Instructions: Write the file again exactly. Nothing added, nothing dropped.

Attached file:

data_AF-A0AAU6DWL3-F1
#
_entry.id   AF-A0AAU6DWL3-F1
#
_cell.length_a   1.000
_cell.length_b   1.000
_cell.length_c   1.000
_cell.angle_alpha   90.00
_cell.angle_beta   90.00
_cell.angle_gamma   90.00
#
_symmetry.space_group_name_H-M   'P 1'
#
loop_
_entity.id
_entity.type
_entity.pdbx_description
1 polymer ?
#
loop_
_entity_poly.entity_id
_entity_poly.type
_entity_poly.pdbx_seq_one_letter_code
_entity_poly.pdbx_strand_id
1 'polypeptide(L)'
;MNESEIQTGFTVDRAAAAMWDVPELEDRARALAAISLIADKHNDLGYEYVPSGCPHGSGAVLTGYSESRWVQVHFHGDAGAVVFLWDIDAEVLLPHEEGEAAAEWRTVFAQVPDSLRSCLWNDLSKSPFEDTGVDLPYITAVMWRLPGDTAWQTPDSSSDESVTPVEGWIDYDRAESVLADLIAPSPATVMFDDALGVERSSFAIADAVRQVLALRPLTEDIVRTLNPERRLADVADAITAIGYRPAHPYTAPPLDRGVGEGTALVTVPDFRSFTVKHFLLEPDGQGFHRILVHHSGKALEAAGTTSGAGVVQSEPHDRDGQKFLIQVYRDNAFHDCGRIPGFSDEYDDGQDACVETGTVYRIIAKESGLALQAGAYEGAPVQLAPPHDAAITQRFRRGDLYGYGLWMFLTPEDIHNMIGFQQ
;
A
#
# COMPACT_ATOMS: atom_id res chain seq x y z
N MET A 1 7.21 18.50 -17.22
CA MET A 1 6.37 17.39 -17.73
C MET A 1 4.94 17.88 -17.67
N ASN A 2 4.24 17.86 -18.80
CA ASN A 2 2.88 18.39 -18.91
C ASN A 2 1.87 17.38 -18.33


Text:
data_AF-A0AAU6DWL3-F1
#
_entry.id   AF-A0AAU6DWL3-F1
#
_cell.length_a   1.000
_cell.length_b   1.000
_cell.length_c   1.000
_cell.angle_alpha   90.00
_cell.angle_beta   90.00
_cell.angle_gamma   90.00
#
_symmetry.space_group_name_H-M   'P 1'
#
loop_
_entity.id
_entity.type
_entity.pdbx_description
1 polymer ?
#
loop_
_entity_poly.entity_id
_entity_poly.type
_entity_poly.pdbx_seq_one_letter_code
_entity_poly.pdbx_strand_id
1 'polypeptide(L)'
;MNESEIQTGFTVDRAAAAMWDVPELEDRARALAAISLIADKHNDLGYEYVPSGCPHGSGAVLTGYSESRWVQVHFHGDAGAVVFLWDIDAEVLLPHEEGEAAAEWRTVFAQVPDSLRSCLWNDLSKSPFEDTGVDLPYITAVMWRLPGDTAWQTPDSSSDESVTPVEGWIDYDRAESVLADLIAPSPATVMFDDALGVERSSFAIADAVRQVLALRPLTEDIVRTLNPERRLADVADAITAIGYRPAHPYTAPPLDRGVGEGTALVTVPDFRSFTVKHFLLEPDGQGFHRILVHHSGKALEAAGTTSGAGVVQSEPHDRDGQKFLIQVYRDNAFHDCGRIPGFSDEYDDGQDACVETGTVYRIIAKESGLALQAGAYEGAPVQLAPPHDAAITQRFRRGDLYGYGLWMFLTPEDIHNMIGFQQ
;
A
#
# COMPACT_ATOMS: atom_id res chain seq x y z
N MET A 1 7.21 18.50 -17.22
CA MET A 1 6.37 17.39 -17.73
C MET A 1 4.94 17.88 -17.67
N ASN A 2 4.24 17.86 -18.80
CA ASN A 2 2.88 18.39 -18.91
C ASN A 2 1.87 17.38 -18.33